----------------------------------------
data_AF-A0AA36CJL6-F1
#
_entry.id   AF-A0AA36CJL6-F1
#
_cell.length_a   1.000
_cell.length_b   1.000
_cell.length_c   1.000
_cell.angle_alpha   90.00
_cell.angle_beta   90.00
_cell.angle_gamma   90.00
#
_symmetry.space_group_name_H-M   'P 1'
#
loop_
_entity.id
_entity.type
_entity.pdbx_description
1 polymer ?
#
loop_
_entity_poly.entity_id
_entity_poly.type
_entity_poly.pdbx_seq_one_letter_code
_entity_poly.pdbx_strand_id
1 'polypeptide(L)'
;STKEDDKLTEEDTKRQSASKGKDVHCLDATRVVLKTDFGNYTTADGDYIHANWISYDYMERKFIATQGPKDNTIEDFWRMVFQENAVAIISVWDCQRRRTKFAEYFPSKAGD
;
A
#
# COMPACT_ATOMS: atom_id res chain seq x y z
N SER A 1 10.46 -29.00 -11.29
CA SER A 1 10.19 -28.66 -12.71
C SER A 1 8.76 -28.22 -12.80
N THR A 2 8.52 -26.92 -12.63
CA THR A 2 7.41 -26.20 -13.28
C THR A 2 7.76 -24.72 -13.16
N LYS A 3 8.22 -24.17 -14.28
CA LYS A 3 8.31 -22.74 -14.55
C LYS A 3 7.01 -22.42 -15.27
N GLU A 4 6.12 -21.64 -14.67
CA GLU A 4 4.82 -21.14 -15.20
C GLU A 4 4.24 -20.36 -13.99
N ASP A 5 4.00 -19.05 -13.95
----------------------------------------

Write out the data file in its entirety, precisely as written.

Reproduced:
data_AF-A0AA36CJL6-F1
#
_entry.id   AF-A0AA36CJL6-F1
#
_cell.length_a   1.000
_cell.length_b   1.000
_cell.length_c   1.000
_cell.angle_alpha   90.00
_cell.angle_beta   90.00
_cell.angle_gamma   90.00
#
_symmetry.space_group_name_H-M   'P 1'
#
loop_
_entity.id
_entity.type
_entity.pdbx_description
1 polymer ?
#
loop_
_entity_poly.entity_id
_entity_poly.type
_entity_poly.pdbx_seq_one_letter_code
_entity_poly.pdbx_strand_id
1 'polypeptide(L)'
;STKEDDKLTEEDTKRQSASKGKDVHCLDATRVVLKTDFGNYTTADGDYIHANWISYDYMERKFIATQGPKDNTIEDFWRMVFQENAVAIISVWDCQRRRTKFAEYFPSKAGD
;
A
#
# COMPACT_ATOMS: atom_id res chain seq x y z
N SER A 1 10.46 -29.00 -11.29
CA SER A 1 10.19 -28.66 -12.71
C SER A 1 8.76 -28.22 -12.80
N THR A 2 8.52 -26.92 -12.63
CA THR A 2 7.41 -26.20 -13.28
C THR A 2 7.76 -24.72 -13.16
N LYS A 3 8.22 -24.17 -14.28
CA LYS A 3 8.31 -22.74 -14.55
C LYS A 3 7.01 -22.42 -15.27
N GLU A 4 6.12 -21.64 -14.67
CA GLU A 4 4.82 -21.14 -15.20
C GLU A 4 4.24 -20.36 -13.99
N ASP A 5 4.00 -19.05 -13.95